Long Beach officials’ push to have the revised plans for the Belmont Pool project included on the February agenda for the California Coastal Commission hit a small snag earlier this month when the commission told the city its application was incomplete.
A multitude of clarifications from the city were requested by the commission regarding the project plans including impacts from proposed lighting, parking impacts and analyses on visual impacts, sea level rise and potential alternatives including putting the pool at the Elephant Lot in Downtown.
Because of the tight scheduling window the city is trying to thread and the revisions requested by the commission it’s unlikely that it will be able to have the item before the commission at its February meeting.
The city was hoping to add it to the agenda for the February meeting which is scheduled to run from Feb. 12 through Feb. 14 because it’s being hosted in Long Beach at the Bob Foster Civic Chambers.
However, a Coastal Commission spokesperson said Thursday that was unlikely to happen because of the commission’s agenda already approaching the point of being full and the city’s application still being incomplete.
The city still needs its planning commission to approve the changes to the application scheduled for Dec. 19. That meeting had been the subject of a brief cancellation which the city attributed to a technical error that sent out an email alert to residents but is still scheduled to take place.
In emails posted along with planning documents on the city’s site there were conflicting accounts from city employees regarding whether the cancellation was due to a glitch or not having enough commissioners able to be present at the meeting to legally vote on the item.
If the planning commission advances the project to the City Council it will get its chance to weigh in on the changes sometime in January before it would even be eligible for Coastal Commission review. The city would also need to make the necessary changes to its application before it can progress to the commission’s agenda the spokesperson said.
The commission which meets once a month on at rotating sites along the California coast wouldn’t meet locally again until May when it’s scheduled to meet in Orange County. The next closest meeting to Long Beach after that would be its July meeting which is scheduled for San Diego.
The pool project has been stuck in the varying stages of the planning process virtually from the time that the original structure was closed due to structural deficiencies that the city said made it unsafe in 2013 and torn down in 2014. New plans were revealed to the public in April 2016.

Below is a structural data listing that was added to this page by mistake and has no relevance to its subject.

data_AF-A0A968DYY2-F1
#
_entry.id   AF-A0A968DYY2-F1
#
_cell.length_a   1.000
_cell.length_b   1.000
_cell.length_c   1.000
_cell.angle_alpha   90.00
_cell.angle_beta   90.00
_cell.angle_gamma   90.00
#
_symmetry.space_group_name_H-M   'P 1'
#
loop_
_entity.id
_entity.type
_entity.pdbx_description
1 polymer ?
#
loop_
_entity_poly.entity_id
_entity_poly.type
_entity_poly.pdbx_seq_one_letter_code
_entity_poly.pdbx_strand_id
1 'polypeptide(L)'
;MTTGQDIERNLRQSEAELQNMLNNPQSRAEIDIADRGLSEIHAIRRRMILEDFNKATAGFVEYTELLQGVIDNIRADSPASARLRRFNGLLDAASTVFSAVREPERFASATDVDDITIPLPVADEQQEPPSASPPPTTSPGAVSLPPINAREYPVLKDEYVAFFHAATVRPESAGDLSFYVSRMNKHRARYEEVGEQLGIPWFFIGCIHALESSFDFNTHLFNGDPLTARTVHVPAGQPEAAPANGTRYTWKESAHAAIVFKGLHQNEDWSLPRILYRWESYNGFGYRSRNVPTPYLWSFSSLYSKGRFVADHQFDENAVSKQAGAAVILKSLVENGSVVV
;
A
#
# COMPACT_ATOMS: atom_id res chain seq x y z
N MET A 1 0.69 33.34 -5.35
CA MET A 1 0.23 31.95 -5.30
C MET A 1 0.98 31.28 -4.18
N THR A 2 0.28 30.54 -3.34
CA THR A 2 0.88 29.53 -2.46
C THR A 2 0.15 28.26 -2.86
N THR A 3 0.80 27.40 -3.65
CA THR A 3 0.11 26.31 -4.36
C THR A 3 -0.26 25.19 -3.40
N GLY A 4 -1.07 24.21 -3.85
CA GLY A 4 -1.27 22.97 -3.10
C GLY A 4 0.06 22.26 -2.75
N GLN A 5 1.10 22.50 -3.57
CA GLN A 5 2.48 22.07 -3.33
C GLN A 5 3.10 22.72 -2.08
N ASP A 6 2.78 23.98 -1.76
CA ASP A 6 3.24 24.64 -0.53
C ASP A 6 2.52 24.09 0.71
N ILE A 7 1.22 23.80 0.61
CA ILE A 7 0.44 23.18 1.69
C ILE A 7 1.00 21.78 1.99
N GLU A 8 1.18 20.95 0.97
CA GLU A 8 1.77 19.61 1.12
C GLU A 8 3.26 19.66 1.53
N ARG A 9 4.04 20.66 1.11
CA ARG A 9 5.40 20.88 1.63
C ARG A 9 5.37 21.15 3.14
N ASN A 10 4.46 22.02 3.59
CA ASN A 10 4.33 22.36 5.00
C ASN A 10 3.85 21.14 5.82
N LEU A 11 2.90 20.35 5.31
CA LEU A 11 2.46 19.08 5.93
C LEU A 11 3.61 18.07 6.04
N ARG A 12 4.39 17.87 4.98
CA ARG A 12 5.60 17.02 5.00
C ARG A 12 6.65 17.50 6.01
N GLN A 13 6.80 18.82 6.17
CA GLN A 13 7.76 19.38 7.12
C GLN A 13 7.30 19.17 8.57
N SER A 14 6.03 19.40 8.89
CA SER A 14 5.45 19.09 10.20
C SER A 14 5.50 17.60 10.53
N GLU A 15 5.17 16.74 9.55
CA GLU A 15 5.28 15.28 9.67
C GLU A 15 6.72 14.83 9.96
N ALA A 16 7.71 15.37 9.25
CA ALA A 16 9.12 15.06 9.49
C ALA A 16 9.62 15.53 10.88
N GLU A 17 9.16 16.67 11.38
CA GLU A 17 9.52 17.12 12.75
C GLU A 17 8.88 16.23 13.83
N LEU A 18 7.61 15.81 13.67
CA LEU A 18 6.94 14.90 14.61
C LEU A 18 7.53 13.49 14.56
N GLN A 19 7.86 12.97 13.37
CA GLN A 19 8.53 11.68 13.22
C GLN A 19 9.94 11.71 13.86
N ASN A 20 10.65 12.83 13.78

Litigation and the price of the structure have held up the project with residents suing to block it because of the environmental and aesthetic impacts it could have on the surrounding communities, and the decreasing price of oil—a large contributor to the city’s Tidelands Fund which will fund a majority of the cost of the new pool—and left the city with a funding gap in the tens of millions of dollars.
Earlier this month plans for a revised pool project without the translucent dome that had dominated earlier renderings of the proposed project were revealed. City officials said they believed the revisions would satisfy concerns previously expressed by the Coastal Commission and would cost nearly $60 million less than the domed version. That would shrink the funding deficit to around $25 million.
Now domeless, a revised $85M Belmont Pool project moves forward
The new proposed project has been pushed back closer to Ocean Boulevard to prevent sea level rise from inundating portions of the new pool by adding green space meant to be used as a sunset lookout point between the structure and the shoreline. The loss of the dome has also provided a less obstructed view of the ocean.
However the commission’s Dec. 6 letter still expressed concern over some of the aspects of the project.
The green space buffering the pool from the potential onslaught of wave activity in the future, the vehicle turnaround point and the existing temporary pool would likely be underwater in those situations. The commission wants the city to explain its adaptive measures if the facility ever is impacted by sea level rise.
How will the lights impact surrounding communities? How many parking spaces will be available if the new structure is built as proposed? How will the underserved communities that the newly proposed recreational aspects of the complex be contacted to make them aware of the facilities and how often will the public be able to access the pool?
Those are some of the nearly two dozen clarifications and requests for more information that the commission’s letter requested of the city.
Despite the letter the city is still forging forward starting with a planning commission meeting tonight where the city commission could approve zoning amendments that would forward the project to the City Council for a vote as early as January 2020.
A staff report recommends that the commission approve the amendments and forward it to the city council but it does not reference any of the concerns outlined in the Coastal Commission’s Dec. 6 letter.